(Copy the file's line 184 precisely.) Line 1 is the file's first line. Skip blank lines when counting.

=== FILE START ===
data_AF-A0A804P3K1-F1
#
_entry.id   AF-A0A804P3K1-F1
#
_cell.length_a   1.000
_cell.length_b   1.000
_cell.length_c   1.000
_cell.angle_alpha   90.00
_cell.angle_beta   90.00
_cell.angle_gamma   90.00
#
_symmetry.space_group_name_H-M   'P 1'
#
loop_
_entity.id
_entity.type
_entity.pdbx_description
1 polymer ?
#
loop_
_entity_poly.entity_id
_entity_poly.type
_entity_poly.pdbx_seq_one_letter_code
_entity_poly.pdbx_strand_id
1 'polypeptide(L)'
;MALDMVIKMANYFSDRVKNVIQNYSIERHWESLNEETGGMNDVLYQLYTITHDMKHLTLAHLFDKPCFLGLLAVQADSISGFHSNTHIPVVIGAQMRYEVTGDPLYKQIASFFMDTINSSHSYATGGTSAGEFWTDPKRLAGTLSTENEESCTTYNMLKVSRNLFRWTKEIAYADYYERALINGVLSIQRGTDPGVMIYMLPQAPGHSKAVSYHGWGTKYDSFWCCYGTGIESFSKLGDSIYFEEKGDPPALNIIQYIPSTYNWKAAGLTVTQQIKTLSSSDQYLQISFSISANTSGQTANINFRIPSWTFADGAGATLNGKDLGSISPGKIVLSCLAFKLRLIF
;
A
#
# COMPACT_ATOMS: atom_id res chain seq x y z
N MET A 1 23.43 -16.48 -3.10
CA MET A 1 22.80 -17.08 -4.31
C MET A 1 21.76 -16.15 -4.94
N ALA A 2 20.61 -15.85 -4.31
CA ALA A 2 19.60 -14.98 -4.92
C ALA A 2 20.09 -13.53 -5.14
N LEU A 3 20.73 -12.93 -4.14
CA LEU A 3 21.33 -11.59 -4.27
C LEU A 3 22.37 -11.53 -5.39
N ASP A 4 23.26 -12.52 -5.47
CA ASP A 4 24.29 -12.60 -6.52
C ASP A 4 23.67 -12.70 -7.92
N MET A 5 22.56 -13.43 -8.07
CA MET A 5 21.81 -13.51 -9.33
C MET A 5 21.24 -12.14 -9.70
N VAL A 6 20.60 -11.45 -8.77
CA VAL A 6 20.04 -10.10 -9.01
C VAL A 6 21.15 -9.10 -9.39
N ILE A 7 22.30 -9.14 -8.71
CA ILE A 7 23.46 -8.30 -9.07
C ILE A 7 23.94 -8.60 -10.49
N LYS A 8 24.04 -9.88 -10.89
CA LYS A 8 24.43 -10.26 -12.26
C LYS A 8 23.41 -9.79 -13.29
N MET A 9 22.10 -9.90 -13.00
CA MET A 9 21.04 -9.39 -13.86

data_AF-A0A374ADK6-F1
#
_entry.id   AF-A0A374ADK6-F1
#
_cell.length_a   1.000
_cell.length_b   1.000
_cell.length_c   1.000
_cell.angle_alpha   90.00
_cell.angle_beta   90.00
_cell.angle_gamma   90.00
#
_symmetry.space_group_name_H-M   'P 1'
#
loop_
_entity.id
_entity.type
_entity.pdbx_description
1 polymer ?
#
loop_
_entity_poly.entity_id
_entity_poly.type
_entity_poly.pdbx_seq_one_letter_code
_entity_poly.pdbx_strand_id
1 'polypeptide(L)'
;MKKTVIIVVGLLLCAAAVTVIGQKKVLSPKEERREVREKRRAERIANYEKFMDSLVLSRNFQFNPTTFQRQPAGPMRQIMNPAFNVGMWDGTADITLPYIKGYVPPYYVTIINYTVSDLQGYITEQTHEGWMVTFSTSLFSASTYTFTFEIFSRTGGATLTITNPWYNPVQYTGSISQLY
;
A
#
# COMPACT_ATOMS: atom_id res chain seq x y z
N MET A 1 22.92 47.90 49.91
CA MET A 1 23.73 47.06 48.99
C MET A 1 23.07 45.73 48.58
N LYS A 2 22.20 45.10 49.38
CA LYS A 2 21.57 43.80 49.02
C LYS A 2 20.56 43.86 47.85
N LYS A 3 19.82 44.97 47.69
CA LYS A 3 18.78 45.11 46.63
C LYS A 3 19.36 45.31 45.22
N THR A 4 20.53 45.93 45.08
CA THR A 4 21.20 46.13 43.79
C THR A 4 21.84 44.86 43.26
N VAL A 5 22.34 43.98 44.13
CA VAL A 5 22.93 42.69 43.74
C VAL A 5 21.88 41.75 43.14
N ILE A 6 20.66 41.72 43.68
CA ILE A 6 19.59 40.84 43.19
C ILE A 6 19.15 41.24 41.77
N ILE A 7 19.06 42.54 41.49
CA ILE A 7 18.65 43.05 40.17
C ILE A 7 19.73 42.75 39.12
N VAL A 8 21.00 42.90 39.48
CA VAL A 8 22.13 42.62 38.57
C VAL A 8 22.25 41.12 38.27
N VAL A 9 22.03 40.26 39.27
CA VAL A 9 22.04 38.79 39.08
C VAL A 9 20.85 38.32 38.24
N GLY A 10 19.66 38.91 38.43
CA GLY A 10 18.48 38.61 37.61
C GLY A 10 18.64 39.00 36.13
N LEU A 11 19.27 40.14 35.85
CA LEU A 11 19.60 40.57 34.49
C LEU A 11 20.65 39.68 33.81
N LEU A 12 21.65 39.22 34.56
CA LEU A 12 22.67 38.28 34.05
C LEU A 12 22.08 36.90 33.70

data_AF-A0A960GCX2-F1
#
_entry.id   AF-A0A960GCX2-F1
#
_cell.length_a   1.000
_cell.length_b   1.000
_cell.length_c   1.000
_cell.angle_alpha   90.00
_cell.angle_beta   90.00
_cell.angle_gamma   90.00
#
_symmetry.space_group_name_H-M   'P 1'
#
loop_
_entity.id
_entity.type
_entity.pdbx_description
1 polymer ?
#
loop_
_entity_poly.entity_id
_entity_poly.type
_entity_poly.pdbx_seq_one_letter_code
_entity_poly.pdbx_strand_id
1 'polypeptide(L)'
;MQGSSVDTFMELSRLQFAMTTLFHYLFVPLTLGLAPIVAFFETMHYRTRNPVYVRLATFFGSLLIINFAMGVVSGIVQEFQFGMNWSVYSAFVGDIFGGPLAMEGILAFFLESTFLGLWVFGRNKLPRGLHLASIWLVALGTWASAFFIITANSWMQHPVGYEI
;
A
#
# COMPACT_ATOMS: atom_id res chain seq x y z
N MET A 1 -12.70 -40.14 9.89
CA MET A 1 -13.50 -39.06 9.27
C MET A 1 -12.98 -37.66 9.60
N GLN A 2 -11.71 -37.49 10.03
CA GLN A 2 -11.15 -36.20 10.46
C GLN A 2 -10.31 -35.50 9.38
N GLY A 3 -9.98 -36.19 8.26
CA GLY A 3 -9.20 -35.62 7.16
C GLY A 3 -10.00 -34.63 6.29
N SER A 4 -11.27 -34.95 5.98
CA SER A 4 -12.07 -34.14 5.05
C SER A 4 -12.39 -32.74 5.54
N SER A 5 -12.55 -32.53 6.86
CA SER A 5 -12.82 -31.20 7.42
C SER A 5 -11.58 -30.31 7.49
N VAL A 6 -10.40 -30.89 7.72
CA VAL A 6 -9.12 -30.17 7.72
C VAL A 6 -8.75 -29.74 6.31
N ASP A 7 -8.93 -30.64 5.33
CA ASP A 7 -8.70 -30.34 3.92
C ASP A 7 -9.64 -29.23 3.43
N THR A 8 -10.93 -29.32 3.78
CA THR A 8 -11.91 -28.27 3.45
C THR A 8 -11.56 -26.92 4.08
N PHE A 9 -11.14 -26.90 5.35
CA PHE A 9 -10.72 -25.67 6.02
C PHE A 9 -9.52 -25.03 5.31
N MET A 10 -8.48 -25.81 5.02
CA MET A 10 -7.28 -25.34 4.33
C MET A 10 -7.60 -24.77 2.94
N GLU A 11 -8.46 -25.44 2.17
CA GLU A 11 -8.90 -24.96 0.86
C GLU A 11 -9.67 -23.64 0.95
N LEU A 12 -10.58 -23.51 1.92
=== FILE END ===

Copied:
CA GLU A 11 -8.90 -24.96 0.86